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The great war epic of Western literature, translated by acclaimed classicist Robert Fagles
Dating to the ninth century B.C., Homer’s timeless poem still vividly conveys the horror and heroism of men and gods wrestling with towering emotions and battling amidst devastation and destruction, as it moves inexorably to the wrenching, tragic conclusion of the Trojan War. Renowned classicist Bernard Knox observes in his superb introduction that although the violence of the Iliad is grim and relentless, it coexists with both images of civilized life and a poignant yearning for peace.
Combining the skills of a poet and scholar, Robert Fagles, winner of the PEN/Ralph Manheim Medal for Translation and a 1996 Academy Award in Literature from the American Academy of Arts and Letters, brings the energy of contemporary language to this enduring heroic epic. He maintains the drive and metric music of Homer’s poetry, and evokes the impact and nuance of the Iliad’s mesmerizing repeated phrases in what Peter Levi calls “an astonishing performance.”
This Penguin Classics Deluxe edition also features French flaps and deckle-edged paper.
For more than seventy years, Penguin has been the leading publisher of classic literature in the English-speaking world. With more than 1,700 titles, Penguin Classics represents a global bookshelf of the best works throughout history and across genres and disciplines. Readers trust the series to provide authoritative texts enhanced by introductions and notes by distinguished scholars and contemporary authors, as well as up-to-date translations by award-winning translators.
Patroclus, what are you saying! I don’t give a straw For anyone’s fateful foretelling—none that I know of, That is—nor has my goddess mother brought to me Any such word from Zeus.3 What fills my heart And soul with so much bitter resentment is simply That one whose equal I am should want to rob me And take my prize of prestige for no better reason Than this, that he has more power. This indeed bitterly Rankles, after all I have done and suffered for him! That girl the sons of Achaeans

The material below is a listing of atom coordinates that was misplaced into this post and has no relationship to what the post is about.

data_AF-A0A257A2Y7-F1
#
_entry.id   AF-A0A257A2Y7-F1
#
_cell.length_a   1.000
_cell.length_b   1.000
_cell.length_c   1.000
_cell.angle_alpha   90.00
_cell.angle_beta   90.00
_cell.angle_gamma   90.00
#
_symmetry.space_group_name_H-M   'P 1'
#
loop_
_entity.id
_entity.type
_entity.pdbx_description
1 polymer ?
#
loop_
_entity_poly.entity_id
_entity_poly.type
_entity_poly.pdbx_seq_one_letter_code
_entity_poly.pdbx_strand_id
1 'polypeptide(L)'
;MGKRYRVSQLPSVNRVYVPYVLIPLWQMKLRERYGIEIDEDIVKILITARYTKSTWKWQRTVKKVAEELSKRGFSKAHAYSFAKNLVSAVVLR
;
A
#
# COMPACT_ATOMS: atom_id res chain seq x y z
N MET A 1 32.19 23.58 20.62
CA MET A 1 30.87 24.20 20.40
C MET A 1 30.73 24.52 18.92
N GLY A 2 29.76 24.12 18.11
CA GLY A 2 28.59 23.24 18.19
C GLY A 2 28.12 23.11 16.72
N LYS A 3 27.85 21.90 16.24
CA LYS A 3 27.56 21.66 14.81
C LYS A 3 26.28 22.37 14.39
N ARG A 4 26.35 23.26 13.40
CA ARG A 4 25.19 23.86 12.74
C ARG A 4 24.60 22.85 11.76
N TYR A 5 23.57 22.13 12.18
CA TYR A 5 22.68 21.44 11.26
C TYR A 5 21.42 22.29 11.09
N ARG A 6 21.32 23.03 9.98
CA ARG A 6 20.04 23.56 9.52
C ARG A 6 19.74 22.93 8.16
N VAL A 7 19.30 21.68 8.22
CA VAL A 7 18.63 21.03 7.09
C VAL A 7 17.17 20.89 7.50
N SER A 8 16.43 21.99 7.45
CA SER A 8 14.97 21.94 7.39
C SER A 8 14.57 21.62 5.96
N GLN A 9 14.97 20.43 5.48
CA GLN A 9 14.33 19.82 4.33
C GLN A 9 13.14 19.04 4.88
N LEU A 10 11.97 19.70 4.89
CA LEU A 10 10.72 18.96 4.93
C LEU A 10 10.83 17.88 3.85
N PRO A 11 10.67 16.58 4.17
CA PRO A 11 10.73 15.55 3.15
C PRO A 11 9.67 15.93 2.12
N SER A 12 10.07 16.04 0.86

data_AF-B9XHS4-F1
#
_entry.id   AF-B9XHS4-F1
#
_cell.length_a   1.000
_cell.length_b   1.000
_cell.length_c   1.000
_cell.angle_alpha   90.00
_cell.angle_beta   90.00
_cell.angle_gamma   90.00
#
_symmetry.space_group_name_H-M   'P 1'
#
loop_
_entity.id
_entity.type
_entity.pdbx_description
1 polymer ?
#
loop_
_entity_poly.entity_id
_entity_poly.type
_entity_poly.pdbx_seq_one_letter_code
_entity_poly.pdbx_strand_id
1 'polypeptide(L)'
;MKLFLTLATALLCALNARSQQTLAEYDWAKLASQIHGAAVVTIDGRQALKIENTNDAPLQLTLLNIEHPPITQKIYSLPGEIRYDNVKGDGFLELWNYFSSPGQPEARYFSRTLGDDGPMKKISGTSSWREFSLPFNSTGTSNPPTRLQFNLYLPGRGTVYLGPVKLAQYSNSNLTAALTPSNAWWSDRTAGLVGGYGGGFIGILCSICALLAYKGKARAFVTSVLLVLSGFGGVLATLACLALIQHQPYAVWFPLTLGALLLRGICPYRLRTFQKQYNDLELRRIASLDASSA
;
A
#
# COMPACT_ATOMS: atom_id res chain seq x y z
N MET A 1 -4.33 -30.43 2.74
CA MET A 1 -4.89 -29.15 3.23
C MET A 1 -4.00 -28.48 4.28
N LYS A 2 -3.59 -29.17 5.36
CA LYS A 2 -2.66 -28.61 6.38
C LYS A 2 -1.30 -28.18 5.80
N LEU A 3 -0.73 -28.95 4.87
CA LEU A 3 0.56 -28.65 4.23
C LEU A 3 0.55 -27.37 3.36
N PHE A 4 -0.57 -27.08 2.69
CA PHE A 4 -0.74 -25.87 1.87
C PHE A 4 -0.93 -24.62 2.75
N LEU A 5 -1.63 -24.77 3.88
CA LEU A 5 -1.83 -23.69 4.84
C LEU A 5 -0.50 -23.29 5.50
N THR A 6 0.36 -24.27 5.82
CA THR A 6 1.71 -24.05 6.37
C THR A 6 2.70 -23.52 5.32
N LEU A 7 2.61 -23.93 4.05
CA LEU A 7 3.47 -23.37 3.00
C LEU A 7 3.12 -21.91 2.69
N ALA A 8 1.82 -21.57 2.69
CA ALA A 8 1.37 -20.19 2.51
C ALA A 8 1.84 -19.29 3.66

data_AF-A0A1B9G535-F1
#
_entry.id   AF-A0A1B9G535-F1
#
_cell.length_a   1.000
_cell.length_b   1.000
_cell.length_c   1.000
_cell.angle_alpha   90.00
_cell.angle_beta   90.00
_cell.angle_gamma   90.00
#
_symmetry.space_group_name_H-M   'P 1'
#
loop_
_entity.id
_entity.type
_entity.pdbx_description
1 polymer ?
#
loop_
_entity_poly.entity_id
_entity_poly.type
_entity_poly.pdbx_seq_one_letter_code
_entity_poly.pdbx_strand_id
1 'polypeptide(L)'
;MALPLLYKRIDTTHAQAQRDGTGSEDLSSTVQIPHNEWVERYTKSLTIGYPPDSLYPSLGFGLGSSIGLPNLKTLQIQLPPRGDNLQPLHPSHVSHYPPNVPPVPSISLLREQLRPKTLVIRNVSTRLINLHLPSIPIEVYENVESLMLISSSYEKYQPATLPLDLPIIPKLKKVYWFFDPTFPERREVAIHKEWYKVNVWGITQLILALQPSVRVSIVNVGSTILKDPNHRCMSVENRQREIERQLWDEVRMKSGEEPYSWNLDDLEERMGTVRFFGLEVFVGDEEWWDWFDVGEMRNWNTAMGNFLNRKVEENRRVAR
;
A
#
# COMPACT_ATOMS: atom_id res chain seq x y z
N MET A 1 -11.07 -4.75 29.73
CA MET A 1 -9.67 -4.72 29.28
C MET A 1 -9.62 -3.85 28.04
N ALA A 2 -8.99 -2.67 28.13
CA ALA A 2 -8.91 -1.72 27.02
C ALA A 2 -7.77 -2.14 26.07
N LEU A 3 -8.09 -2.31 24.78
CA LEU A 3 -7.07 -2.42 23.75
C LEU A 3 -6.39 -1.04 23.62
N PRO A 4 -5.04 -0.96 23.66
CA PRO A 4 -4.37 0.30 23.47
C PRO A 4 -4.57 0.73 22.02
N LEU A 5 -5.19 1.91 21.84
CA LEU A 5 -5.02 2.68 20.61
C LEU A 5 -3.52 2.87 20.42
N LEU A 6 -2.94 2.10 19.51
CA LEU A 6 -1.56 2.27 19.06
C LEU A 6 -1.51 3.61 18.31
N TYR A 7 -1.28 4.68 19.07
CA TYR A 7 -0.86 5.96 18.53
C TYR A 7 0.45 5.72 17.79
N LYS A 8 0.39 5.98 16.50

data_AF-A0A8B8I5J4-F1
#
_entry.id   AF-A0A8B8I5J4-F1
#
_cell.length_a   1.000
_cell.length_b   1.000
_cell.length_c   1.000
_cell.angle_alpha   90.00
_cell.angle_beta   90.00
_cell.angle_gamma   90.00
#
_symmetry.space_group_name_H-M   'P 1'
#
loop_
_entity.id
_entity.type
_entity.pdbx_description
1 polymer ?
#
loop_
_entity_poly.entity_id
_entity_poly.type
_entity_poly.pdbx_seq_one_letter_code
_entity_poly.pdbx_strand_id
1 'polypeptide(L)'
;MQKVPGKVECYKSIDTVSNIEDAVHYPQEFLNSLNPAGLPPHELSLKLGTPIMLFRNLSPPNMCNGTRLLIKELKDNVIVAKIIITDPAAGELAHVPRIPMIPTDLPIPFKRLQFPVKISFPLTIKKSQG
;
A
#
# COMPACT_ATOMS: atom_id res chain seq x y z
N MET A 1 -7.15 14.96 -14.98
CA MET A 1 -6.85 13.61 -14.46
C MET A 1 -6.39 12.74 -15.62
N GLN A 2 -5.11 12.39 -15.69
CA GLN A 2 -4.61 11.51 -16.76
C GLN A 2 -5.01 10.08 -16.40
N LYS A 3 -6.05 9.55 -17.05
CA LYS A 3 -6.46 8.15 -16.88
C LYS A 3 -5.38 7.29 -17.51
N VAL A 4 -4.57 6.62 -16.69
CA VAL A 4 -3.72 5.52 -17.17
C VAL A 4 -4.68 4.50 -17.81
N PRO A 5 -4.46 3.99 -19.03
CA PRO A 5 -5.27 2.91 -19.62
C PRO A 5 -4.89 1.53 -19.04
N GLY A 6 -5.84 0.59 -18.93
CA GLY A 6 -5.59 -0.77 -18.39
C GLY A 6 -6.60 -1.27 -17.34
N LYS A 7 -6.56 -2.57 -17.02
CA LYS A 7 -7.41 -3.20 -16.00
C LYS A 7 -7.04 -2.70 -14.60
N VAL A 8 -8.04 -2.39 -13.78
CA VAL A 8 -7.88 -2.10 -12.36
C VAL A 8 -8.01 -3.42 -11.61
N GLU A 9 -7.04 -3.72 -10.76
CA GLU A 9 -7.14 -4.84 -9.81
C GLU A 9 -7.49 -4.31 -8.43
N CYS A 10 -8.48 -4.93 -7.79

suggested: Just as the hero, in his battlefield accomplishments, becomes like to a god, and thus tempts their deadly anger, so too, the poet sings himself into a condition like to the immortal Muses, at which point he might likewise tempt their jealous vengeance. 6 (p. 37) warlike Protesilaus: As in the case of the entry for Philoctetes immediately below (lines 811-820), the bard gives an account of a well-known figure who set out on the expedition to Troy, but who is now not fighting:
If death in the river perhaps holds some possibility of purification that might lessen the horror of consumption by the fishes, that possibility is quickly eliminated by the complaint of Xanthus, the river-god, that his waters have been polluted by the slaughter that Achilles has wreaked within it. 4 (p. 366) “Very hard it is for the son / Of a river to vie with a child of Cronos‘son”: Achilles, vaunting over the corpse of the ambidextrous Asteropaeus, now responds to his opponent’s initial
I don’t take and strip you, ripping away The cloak and tunic that hide your wretched body, And send you bawling to the speedy ships, beaten From the place of assembly with hard, disgraceful blows!” He spoke, and with the scepter struck the man’s back And shoulders. Thersites cringed and started to cry, While a bloody welt swelled up on his back beneath The golden scepter. Then he sat down, afraid And in pain, and on his face as he wiped his tears Was a foolish, forced expression. The
children or wives Is here and in danger.” And wily Odysseus replied: “How, then, do the allies sleep, right in among The horse-breaking Trojans or somewhere apart? Tell me Exactly, since I want to know in full detail.” And Eumedes’ son answered him thus: “Again I will tell you the truth. There toward the sea he the Carians And crook-bowed Paeonian archers, and near them the Leleges, Caucones, and the valiant Pelasgians, whereas the Lycians And hard-charging Mysians, the horse-borne